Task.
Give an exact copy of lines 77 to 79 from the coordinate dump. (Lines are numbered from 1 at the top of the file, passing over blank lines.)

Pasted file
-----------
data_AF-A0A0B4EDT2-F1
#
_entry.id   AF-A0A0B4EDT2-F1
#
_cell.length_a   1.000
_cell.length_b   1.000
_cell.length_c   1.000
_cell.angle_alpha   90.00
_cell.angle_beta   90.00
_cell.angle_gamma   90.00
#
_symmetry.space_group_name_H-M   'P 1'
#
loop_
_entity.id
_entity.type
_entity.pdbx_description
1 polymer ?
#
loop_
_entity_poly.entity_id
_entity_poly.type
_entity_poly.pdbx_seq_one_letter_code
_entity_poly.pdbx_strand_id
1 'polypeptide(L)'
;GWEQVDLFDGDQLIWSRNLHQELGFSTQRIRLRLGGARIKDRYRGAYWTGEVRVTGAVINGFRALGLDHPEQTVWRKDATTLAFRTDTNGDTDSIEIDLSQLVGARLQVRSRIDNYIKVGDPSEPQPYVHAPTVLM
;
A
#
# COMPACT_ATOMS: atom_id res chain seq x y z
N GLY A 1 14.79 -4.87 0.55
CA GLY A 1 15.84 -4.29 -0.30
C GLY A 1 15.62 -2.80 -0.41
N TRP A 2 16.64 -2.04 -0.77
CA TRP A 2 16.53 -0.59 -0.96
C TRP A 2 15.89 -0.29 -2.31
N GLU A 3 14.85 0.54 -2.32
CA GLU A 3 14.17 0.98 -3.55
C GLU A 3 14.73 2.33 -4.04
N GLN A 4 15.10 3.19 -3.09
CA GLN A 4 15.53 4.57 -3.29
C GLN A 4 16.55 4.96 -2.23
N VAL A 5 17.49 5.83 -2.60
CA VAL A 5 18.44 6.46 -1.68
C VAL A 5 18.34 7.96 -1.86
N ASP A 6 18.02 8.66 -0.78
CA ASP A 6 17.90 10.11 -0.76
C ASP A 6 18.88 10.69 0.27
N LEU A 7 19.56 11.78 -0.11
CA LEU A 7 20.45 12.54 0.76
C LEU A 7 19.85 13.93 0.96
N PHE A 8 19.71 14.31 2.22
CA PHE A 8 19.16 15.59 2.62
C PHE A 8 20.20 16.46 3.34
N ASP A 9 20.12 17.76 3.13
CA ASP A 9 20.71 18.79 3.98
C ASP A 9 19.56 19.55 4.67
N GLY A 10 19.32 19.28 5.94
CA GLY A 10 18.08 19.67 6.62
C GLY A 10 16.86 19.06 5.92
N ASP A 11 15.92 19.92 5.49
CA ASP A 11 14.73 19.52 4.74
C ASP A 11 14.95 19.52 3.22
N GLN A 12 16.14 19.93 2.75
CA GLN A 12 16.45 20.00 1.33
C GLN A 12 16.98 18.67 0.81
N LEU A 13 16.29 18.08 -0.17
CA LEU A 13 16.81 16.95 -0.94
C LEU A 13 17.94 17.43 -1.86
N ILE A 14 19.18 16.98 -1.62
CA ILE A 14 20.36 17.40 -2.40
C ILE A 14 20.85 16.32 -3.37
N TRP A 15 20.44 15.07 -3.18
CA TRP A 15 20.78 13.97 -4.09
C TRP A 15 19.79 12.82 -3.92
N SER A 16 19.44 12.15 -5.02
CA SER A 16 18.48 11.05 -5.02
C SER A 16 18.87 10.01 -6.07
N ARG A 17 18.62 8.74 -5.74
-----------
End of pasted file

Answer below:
CA SER A 16 18.48 11.05 -5.02
C SER A 16 18.87 10.01 -6.07
N ARG A 17 18.62 8.74 -5.74